However, many patients treated without surgery “also showed substantial improvements over time,” the researchers write. They add that patients who crossed over to surgery were more likely to be dissatisfied with their symptoms, felt like their symptoms were getting worse, and had initially worse physical function and disability.

Analyst Predicts Third Wave of Asbestos Claims

In forecasting serious asbestos-related claims, some of the country’s largest insurers and consultants appear to be ignoring relevant changes in medical knowledge, demographics and even social media. As a third wave of costly asbestos-related claims strikes the nation in the years ahead, many insurers will be swamped with “unexpected” reserve charges, according to “A Third Wave in Asbestos Liabilities Lies Ahead,” a new study by Assured Research, a New Jersey-based firm that analyzes the property/casualty insurance industry.

“In studying asbestos-related claims, we’re seeing evidence of outdated actuarial models,” explains Assured president William Wilt. “Since they’re based on 30-year-old epidemiological and demographic data, they can’t accurately forecast asbestos-related claims. Some insurers also seem to be ignoring advances in medical knowledge and diagnosis – and the changing behaviors of consumers and personal injury lawyers.”

The first wave of claims came from asbestos miners and millers; the second from people who handled asbestos regularly, such as plumbers, shipbuilders and carpenters. The third wave will be dominated by lung cancer claims which are ostensibly lower quality than those of mesothelioma because the cancer was predominantly caused by smoking rather than asbestos. Nevertheless, large numbers of even lower-quality claims could raise pressure on defendants anxious to settle and minimize nuisance suits. Moreover, recent literature illustrates researchers’ rising awareness of the malignant synergies between asbestos and smoking. Further, researchers are finding that short but intense exposures to asbestos can lead to asbestos illnesses.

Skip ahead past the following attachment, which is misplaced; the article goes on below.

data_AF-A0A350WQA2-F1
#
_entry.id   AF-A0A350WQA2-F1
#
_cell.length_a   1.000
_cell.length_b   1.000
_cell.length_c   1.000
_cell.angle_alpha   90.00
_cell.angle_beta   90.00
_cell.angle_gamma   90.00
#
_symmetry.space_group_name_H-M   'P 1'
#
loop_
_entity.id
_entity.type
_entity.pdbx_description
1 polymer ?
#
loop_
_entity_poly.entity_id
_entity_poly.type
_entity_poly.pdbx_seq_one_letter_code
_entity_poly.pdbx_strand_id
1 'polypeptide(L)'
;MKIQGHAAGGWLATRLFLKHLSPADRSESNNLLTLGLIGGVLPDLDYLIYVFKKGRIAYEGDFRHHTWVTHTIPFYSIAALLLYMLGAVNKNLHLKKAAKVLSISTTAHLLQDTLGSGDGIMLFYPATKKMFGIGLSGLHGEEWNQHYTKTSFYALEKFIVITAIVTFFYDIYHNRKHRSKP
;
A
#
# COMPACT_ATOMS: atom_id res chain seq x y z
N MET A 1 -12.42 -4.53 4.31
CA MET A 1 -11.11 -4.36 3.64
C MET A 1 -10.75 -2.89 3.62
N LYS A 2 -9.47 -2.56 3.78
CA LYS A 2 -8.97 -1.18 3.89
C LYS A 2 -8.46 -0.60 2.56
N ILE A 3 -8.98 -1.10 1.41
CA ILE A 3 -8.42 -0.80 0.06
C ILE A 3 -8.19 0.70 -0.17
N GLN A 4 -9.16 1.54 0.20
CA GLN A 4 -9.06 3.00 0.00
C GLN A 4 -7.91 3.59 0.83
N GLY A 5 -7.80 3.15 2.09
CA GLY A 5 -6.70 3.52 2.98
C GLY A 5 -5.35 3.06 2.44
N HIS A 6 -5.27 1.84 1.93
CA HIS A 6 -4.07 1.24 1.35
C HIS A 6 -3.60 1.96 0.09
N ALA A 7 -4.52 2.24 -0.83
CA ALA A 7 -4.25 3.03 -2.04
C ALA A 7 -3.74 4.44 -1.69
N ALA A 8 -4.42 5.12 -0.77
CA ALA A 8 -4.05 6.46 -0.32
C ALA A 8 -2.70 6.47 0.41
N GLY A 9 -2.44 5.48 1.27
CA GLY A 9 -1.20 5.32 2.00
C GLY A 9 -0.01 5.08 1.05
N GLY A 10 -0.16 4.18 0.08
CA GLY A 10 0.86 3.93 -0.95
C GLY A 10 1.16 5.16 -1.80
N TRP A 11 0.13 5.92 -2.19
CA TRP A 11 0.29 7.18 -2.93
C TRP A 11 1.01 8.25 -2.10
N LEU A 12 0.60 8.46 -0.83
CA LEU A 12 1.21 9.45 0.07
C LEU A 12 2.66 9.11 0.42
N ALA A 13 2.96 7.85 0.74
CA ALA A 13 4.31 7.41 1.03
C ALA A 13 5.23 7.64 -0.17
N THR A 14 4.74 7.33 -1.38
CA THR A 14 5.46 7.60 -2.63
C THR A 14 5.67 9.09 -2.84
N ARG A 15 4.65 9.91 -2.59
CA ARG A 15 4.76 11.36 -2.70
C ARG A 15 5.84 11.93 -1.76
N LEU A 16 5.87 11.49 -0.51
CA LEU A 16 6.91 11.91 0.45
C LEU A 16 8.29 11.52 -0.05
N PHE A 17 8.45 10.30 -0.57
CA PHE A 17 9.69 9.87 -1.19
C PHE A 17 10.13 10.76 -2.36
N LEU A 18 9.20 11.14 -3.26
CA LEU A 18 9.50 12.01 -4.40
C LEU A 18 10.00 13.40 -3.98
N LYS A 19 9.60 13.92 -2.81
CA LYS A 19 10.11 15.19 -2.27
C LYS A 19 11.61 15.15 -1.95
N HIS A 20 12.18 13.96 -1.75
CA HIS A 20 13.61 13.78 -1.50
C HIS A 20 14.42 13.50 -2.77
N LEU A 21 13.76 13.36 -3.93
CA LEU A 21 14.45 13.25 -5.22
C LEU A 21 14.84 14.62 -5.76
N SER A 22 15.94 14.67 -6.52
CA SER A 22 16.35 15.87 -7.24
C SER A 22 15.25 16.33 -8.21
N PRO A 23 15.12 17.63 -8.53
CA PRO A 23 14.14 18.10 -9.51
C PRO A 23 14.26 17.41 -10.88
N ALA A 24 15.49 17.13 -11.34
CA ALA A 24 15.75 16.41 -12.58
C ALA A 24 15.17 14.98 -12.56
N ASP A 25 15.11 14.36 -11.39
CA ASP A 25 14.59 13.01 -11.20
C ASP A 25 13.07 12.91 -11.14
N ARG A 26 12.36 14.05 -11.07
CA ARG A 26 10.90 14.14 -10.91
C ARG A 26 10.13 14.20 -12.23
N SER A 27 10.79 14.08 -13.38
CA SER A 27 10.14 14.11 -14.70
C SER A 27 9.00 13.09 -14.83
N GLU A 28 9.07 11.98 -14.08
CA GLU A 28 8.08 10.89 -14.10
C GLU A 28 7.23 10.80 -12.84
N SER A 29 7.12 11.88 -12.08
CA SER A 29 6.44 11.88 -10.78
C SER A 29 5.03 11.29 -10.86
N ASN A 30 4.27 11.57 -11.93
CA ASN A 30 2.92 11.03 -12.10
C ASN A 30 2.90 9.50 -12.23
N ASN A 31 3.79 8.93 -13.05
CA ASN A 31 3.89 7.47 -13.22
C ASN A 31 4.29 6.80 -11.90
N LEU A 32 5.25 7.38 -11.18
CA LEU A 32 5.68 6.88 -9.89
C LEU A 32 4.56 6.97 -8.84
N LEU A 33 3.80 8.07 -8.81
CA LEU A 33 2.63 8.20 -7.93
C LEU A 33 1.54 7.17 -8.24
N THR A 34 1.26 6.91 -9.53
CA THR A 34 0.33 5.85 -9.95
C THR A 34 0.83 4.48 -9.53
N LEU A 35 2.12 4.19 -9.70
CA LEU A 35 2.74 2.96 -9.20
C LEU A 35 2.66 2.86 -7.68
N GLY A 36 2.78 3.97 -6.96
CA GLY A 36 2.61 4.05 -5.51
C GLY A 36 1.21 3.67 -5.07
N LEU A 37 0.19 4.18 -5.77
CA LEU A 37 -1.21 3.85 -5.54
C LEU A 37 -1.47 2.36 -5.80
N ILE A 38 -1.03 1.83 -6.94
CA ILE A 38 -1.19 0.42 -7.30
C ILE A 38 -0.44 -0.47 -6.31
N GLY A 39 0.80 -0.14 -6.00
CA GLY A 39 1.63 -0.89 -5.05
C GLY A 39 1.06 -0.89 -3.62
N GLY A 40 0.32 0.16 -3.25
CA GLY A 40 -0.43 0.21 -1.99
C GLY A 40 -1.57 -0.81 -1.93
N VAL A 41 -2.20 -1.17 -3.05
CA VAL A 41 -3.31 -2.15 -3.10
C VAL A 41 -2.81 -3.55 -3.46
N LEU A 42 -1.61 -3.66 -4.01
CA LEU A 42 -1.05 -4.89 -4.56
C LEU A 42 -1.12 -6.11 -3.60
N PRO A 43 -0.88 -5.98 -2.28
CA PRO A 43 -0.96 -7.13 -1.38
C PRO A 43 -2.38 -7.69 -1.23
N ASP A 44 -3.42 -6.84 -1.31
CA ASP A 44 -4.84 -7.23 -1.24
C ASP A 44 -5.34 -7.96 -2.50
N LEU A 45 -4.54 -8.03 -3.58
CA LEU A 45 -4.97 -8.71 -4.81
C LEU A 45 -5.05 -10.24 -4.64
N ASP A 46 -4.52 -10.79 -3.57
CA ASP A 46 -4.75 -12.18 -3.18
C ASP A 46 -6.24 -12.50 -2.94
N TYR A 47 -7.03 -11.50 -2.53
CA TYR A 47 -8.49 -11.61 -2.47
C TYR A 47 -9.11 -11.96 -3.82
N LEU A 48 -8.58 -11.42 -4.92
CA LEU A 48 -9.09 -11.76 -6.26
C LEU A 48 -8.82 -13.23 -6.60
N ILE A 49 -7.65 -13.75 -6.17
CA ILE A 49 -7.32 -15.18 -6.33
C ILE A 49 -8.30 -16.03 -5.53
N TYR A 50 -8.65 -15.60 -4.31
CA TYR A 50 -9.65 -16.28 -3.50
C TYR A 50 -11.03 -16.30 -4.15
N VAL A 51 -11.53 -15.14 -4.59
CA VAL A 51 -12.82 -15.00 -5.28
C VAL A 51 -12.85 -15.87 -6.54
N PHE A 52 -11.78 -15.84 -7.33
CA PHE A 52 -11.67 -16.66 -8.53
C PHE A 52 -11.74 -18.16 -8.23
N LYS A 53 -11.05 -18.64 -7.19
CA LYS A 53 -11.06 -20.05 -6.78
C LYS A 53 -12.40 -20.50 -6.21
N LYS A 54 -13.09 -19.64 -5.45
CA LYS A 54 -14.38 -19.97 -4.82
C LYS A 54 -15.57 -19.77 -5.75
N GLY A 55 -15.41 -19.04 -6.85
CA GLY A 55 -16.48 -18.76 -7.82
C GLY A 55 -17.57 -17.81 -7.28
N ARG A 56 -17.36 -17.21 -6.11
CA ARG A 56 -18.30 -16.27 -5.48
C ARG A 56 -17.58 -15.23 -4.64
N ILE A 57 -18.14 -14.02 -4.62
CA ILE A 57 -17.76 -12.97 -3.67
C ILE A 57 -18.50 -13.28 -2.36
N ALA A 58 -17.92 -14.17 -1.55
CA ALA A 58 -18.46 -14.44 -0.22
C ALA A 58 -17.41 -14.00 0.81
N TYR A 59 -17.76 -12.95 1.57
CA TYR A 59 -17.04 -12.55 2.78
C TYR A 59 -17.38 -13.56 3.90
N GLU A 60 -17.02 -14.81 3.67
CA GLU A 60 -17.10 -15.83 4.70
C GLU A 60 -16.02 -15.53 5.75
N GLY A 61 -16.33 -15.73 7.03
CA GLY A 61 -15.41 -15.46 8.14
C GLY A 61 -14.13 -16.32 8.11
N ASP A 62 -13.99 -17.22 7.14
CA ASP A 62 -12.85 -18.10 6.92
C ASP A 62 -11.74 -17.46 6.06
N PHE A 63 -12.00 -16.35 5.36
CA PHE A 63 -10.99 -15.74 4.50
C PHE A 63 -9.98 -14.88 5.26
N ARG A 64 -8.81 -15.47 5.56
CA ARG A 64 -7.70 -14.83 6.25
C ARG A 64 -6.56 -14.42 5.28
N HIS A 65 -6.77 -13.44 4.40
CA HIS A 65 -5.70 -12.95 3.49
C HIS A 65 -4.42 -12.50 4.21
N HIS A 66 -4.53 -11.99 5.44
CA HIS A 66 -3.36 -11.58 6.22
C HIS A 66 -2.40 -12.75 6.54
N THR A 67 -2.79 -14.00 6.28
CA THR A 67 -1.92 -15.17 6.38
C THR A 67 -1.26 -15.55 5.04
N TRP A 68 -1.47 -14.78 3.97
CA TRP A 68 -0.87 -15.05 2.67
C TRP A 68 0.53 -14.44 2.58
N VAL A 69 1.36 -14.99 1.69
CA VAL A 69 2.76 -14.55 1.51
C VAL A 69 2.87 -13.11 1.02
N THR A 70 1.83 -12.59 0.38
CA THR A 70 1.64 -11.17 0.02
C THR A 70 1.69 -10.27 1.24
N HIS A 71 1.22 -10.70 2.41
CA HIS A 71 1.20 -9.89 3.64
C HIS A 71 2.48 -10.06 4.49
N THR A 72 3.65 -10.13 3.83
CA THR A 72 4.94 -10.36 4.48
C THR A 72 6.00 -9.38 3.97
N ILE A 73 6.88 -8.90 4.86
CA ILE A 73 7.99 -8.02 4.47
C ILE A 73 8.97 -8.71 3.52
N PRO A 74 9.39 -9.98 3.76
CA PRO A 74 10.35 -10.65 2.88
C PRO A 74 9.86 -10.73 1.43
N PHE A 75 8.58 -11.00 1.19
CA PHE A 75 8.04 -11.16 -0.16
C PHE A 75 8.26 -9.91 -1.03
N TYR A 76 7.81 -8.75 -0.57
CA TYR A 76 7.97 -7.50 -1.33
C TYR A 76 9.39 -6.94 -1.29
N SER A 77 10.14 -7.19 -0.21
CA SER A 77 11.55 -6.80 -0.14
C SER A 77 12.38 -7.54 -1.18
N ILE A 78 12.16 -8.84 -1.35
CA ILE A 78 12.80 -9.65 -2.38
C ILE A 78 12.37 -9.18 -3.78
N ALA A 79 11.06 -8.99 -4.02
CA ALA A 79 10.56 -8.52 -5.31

“Medical evidence is mounting,” says Wilt, “that there is no ‘lower limit’ below which asbestos fibers cannot cause mesothelioma. Meanwhile, the people most likely to make asbestos claims are living longer – long enough, in some cases, to be diagnosed with asbestos-related disease.”

Asbestosis may be easier to diagnose today, thanks to high-resolution CT-scans, but Assured Research believes the third wave will be dominated by lung cancer claims. Personal injury lawyers are finding it easier than ever to prospect for new claimants, while a new recommendation from the U.S. Preventive Services Task Force recommends annual CT scans for all current and formers (heavy) smokers between the ages of 55 and 80 – some 10 million people.